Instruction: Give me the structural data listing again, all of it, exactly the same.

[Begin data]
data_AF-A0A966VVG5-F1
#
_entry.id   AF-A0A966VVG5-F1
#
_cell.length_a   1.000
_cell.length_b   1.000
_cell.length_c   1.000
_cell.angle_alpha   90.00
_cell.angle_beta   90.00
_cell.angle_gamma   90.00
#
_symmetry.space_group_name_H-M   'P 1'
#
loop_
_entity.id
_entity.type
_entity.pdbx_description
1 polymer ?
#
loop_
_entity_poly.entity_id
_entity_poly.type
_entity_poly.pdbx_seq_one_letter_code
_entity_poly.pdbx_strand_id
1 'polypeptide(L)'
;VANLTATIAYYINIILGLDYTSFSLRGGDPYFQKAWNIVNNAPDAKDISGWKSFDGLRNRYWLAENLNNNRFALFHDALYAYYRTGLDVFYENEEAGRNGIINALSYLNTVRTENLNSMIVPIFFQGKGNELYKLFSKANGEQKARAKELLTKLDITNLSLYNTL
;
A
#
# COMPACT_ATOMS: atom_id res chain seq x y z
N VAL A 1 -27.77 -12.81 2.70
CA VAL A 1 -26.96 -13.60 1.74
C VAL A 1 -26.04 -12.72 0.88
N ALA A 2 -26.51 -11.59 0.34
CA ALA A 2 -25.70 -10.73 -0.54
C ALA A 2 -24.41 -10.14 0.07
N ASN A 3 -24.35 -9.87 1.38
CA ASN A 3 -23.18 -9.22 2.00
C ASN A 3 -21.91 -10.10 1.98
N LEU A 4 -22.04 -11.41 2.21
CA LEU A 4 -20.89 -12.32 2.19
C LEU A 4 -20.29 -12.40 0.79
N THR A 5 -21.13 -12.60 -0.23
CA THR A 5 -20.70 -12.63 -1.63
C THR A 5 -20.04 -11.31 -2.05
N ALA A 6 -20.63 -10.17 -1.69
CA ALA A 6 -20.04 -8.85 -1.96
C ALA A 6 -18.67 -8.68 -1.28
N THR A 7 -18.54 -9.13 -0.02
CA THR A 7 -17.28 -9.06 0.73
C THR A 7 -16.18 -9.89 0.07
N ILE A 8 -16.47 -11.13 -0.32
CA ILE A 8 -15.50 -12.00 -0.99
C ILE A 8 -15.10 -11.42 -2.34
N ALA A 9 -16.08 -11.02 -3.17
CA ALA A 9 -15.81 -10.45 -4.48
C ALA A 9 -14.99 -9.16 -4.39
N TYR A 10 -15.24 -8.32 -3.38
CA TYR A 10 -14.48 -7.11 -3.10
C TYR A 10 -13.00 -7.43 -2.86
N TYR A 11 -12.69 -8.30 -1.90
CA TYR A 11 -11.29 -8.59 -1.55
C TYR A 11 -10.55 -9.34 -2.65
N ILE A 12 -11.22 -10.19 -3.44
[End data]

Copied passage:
data_AF-A0A966VVG5-F1
#
_entry.id   AF-A0A966VVG5-F1
#
_cell.length_a   1.000
_cell.length_b   1.000
_cell.length_c   1.000
_cell.angle_alpha   90.00
_cell.angle_beta   90.00
_cell.angle_gamma   90.00
#
_symmetry.space_group_name_H-M   'P 1'
#
loop_
_entity.id
_entity.type
_entity.pdbx_description
1 polymer ?
#
loop_
_entity_poly.entity_id
_entity_poly.type
_entity_poly.pdbx_seq_one_letter_code
_entity_poly.pdbx_strand_id
1 'polypeptide(L)'
;VANLTATIAYYINIILGLDYTSFSLRGGDPYFQKAWNIVNNAPDAKDISGWKSFDGLRNRYWLAENLNNNRFALFHDALYAYYRTGLDVFYENEEAGRNGIINALSYLNTVRTENLNSMIVPIFFQGKGNELYKLFSKANGEQKARAKELLTKLDITNLSLYNTL
;
A
#
# COMPACT_ATOMS: atom_id res chain seq x y z
N VAL A 1 -27.77 -12.81 2.70
CA VAL A 1 -26.96 -13.60 1.74
C VAL A 1 -26.04 -12.72 0.88
N ALA A 2 -26.51 -11.59 0.34
CA ALA A 2 -25.70 -10.73 -0.54
C ALA A 2 -24.41 -10.14 0.07
N ASN A 3 -24.35 -9.87 1.38
CA ASN A 3 -23.18 -9.22 2.00
C ASN A 3 -21.91 -10.10 1.98
N LEU A 4 -22.04 -11.41 2.21
CA LEU A 4 -20.89 -12.32 2.19
C LEU A 4 -20.29 -12.40 0.79
N THR A 5 -21.13 -12.60 -0.23
CA THR A 5 -20.70 -12.63 -1.63
C THR A 5 -20.04 -11.31 -2.05
N ALA A 6 -20.63 -10.17 -1.69
CA ALA A 6 -20.04 -8.85 -1.96
C ALA A 6 -18.67 -8.68 -1.28
N THR A 7 -18.54 -9.13 -0.02
CA THR A 7 -17.28 -9.06 0.73
C THR A 7 -16.18 -9.89 0.07
N ILE A 8 -16.47 -11.13 -0.32
CA ILE A 8 -15.50 -12.00 -0.99
C ILE A 8 -15.10 -11.42 -2.34
N ALA A 9 -16.08 -11.02 -3.17
CA ALA A 9 -15.81 -10.45 -4.48
C ALA A 9 -14.99 -9.16 -4.39
N TYR A 10 -15.24 -8.32 -3.38
CA TYR A 10 -14.48 -7.11 -3.10
C TYR A 10 -13.00 -7.43 -2.86
N TYR A 11 -12.69 -8.30 -1.90
CA TYR A 11 -11.29 -8.59 -1.55
C TYR A 11 -10.55 -9.34 -2.65
N ILE A 12 -11.22 -10.19 -3.44